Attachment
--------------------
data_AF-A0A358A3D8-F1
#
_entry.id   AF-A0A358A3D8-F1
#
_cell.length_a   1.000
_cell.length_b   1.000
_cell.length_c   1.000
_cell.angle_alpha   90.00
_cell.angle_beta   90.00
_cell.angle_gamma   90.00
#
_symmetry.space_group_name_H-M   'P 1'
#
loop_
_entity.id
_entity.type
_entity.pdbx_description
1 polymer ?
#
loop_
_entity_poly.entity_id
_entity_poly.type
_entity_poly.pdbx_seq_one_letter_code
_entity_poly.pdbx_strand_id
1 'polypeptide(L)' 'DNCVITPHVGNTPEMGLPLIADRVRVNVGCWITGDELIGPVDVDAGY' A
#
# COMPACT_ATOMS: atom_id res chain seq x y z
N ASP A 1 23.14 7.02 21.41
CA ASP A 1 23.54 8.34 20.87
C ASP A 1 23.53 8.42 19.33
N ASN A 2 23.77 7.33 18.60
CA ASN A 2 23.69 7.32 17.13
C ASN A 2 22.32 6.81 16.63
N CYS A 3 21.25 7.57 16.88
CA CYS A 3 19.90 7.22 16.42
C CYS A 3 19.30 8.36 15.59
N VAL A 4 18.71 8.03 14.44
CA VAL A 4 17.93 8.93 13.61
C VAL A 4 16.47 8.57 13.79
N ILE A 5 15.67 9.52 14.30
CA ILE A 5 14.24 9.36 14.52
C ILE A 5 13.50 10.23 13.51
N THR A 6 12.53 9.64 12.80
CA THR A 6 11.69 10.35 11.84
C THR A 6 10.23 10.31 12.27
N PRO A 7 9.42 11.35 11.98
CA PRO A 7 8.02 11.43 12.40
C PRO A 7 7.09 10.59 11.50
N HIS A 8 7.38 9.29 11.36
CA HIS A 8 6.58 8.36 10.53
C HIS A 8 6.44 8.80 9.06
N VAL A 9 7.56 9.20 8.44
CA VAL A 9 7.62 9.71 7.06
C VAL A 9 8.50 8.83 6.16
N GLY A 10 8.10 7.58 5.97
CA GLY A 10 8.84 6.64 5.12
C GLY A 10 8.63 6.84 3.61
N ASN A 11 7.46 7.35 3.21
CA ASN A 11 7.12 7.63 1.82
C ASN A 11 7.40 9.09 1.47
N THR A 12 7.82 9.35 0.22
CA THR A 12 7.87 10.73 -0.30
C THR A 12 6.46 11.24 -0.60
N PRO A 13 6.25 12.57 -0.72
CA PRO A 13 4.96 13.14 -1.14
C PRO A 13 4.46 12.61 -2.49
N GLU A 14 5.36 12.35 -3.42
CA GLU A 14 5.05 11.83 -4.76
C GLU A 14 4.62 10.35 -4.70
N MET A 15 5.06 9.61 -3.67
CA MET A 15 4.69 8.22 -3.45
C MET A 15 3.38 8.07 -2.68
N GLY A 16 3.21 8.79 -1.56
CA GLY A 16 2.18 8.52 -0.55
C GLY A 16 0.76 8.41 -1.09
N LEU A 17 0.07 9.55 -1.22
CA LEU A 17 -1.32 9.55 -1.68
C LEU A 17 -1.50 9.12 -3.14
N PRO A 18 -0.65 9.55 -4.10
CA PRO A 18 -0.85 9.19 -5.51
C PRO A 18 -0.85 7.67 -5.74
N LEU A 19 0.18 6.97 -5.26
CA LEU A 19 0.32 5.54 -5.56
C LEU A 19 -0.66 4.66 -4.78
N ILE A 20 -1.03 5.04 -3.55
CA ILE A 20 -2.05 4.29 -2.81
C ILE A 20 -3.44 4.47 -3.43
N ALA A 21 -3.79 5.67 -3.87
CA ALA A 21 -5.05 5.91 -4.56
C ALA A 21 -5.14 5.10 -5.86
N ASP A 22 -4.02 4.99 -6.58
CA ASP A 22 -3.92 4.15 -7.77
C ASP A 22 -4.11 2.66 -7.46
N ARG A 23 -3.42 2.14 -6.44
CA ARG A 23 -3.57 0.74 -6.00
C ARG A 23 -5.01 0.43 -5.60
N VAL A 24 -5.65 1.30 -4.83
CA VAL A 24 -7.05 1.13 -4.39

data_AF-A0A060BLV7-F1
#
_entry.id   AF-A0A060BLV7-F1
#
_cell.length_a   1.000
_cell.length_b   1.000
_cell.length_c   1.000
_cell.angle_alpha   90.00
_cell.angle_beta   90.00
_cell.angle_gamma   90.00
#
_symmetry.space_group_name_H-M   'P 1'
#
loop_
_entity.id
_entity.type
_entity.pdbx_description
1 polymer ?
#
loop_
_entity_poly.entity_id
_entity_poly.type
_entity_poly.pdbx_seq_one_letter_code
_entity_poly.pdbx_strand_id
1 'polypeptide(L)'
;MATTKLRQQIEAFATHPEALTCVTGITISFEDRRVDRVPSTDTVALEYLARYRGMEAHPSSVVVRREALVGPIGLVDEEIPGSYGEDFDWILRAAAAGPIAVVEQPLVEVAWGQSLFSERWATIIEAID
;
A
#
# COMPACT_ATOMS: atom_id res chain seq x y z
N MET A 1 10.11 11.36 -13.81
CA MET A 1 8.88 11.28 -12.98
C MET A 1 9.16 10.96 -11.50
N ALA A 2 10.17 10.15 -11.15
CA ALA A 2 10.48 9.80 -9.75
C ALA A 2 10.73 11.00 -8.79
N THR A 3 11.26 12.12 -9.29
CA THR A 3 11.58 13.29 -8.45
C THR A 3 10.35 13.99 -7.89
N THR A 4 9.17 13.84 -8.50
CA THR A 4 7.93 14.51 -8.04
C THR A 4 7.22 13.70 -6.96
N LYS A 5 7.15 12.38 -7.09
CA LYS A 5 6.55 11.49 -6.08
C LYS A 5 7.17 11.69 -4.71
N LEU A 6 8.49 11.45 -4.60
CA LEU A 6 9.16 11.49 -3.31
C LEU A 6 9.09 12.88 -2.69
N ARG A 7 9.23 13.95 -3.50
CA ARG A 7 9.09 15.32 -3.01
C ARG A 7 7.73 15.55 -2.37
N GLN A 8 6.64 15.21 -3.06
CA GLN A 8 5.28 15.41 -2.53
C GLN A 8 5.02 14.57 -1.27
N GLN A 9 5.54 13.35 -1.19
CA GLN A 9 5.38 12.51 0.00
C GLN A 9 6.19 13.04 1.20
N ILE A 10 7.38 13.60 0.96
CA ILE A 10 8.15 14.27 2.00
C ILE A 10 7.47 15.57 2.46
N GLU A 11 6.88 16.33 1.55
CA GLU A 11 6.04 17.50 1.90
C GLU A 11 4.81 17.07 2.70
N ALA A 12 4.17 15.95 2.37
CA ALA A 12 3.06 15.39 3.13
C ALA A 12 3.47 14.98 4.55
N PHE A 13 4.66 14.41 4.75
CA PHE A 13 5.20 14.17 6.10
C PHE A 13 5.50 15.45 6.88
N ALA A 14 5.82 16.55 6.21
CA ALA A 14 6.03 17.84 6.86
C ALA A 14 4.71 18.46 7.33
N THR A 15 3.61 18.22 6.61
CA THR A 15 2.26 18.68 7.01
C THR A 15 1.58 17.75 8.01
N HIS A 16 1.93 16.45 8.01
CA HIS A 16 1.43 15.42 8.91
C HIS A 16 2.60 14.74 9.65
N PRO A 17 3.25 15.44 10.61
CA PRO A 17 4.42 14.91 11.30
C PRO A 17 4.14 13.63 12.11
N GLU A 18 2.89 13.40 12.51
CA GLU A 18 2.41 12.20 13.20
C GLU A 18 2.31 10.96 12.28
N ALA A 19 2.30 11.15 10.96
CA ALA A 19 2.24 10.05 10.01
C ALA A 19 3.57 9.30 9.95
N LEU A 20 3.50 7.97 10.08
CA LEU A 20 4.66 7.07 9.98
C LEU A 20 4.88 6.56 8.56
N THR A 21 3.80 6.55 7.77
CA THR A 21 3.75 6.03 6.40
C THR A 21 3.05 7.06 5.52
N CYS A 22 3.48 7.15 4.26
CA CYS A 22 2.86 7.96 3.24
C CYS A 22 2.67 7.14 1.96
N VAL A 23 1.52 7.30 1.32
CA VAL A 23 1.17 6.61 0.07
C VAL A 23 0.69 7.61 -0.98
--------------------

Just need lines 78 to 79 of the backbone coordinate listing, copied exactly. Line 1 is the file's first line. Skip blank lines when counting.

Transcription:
C LEU A 17 -1.50 9.12 -3.14
N PRO A 18 -0.65 9.55 -4.10